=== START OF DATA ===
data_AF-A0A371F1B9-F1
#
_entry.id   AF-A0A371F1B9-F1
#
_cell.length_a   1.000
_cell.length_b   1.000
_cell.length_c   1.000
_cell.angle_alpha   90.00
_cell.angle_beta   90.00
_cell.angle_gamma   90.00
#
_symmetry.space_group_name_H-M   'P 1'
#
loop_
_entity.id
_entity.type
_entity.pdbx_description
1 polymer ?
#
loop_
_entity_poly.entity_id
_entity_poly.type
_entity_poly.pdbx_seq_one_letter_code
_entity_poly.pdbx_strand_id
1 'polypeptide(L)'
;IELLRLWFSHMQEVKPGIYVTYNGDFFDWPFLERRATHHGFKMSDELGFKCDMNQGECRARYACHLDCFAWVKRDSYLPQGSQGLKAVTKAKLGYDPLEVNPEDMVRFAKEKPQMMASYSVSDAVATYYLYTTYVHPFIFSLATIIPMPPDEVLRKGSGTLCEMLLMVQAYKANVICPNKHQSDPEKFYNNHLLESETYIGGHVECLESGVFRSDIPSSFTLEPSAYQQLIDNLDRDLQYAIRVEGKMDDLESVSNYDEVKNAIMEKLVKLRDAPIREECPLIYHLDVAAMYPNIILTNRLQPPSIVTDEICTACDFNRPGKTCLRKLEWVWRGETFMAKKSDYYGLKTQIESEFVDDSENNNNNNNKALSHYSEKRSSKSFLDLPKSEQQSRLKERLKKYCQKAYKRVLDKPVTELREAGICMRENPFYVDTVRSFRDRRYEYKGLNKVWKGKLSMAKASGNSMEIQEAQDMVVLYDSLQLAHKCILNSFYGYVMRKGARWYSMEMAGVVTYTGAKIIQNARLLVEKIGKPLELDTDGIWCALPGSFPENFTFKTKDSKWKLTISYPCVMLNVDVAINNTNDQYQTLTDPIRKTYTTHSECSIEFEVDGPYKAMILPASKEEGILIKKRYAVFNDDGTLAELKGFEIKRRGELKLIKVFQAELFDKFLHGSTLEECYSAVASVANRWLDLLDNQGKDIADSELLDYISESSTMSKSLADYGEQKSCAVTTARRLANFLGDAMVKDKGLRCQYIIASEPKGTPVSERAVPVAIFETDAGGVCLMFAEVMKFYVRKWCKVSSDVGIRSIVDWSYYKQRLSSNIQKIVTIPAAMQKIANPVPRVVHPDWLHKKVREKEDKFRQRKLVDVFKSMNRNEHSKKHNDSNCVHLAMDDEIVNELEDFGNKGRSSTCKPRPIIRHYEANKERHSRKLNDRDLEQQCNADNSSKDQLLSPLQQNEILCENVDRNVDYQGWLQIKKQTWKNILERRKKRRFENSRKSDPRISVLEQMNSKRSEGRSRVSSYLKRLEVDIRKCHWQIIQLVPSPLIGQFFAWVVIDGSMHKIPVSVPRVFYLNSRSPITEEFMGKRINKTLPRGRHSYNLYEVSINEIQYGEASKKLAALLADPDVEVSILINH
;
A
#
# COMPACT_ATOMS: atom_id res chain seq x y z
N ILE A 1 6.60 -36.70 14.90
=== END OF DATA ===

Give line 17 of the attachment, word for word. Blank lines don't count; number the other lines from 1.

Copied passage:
_entity.pdbx_description